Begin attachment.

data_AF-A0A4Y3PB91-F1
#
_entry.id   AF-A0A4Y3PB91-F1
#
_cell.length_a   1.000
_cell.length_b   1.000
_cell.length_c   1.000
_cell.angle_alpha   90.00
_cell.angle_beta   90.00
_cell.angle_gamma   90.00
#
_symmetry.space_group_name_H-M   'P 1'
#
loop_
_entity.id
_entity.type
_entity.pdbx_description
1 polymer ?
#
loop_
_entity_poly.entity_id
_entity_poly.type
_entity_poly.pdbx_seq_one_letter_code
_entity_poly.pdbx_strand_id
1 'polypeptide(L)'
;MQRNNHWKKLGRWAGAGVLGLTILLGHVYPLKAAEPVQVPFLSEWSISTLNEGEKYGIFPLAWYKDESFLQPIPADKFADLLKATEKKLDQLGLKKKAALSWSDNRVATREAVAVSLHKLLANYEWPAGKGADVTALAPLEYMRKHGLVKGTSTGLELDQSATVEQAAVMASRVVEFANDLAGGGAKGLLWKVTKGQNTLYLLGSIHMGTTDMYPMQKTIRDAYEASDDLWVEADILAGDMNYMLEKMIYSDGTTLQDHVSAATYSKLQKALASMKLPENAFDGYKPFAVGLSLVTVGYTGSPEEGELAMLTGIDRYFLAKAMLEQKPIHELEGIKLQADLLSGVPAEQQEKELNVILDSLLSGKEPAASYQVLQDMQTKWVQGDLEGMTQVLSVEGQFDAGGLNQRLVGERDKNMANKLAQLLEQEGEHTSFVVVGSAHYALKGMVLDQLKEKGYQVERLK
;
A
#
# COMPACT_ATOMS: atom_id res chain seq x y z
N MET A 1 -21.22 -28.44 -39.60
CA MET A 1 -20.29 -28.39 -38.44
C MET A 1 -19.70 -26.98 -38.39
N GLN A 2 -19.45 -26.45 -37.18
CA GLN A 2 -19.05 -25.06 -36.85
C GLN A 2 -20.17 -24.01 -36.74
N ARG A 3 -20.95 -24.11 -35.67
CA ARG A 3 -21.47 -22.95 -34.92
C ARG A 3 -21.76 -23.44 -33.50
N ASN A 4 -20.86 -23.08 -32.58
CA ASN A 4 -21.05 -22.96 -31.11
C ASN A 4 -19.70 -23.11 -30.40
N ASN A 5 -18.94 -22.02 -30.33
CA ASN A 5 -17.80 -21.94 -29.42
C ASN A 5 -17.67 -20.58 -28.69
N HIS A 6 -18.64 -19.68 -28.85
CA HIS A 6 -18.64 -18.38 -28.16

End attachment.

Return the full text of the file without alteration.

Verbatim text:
data_AF-A0A4Y3PB91-F1
#
_entry.id   AF-A0A4Y3PB91-F1
#
_cell.length_a   1.000
_cell.length_b   1.000
_cell.length_c   1.000
_cell.angle_alpha   90.00
_cell.angle_beta   90.00
_cell.angle_gamma   90.00
#
_symmetry.space_group_name_H-M   'P 1'
#
loop_
_entity.id
_entity.type
_entity.pdbx_description
1 polymer ?
#
loop_
_entity_poly.entity_id
_entity_poly.type
_entity_poly.pdbx_seq_one_letter_code
_entity_poly.pdbx_strand_id
1 'polypeptide(L)'
;MQRNNHWKKLGRWAGAGVLGLTILLGHVYPLKAAEPVQVPFLSEWSISTLNEGEKYGIFPLAWYKDESFLQPIPADKFADLLKATEKKLDQLGLKKKAALSWSDNRVATREAVAVSLHKLLANYEWPAGKGADVTALAPLEYMRKHGLVKGTSTGLELDQSATVEQAAVMASRVVEFANDLAGGGAKGLLWKVTKGQNTLYLLGSIHMGTTDMYPMQKTIRDAYEASDDLWVEADILAGDMNYMLEKMIYSDGTTLQDHVSAATYSKLQKALASMKLPENAFDGYKPFAVGLSLVTVGYTGSPEEGELAMLTGIDRYFLAKAMLEQKPIHELEGIKLQADLLSGVPAEQQEKELNVILDSLLSGKEPAASYQVLQDMQTKWVQGDLEGMTQVLSVEGQFDAGGLNQRLVGERDKNMANKLAQLLEQEGEHTSFVVVGSAHYALKGMVLDQLKEKGYQVERLK
;
A
#
# COMPACT_ATOMS: atom_id res chain seq x y z
N MET A 1 -21.22 -28.44 -39.60
CA MET A 1 -20.29 -28.39 -38.44
C MET A 1 -19.70 -26.98 -38.39
N GLN A 2 -19.45 -26.45 -37.18
CA GLN A 2 -19.05 -25.06 -36.85
C GLN A 2 -20.17 -24.01 -36.74
N ARG A 3 -20.95 -24.11 -35.67
CA ARG A 3 -21.47 -22.95 -34.92
C ARG A 3 -21.76 -23.44 -33.50
N ASN A 4 -20.86 -23.08 -32.58
CA ASN A 4 -21.05 -22.96 -31.11
C ASN A 4 -19.70 -23.11 -30.40
N ASN A 5 -18.94 -22.02 -30.33
CA ASN A 5 -17.80 -21.94 -29.42
C ASN A 5 -17.67 -20.58 -28.69
N HIS A 6 -18.64 -19.68 -28.85
CA HIS A 6 -18.64 -18.38 -28.16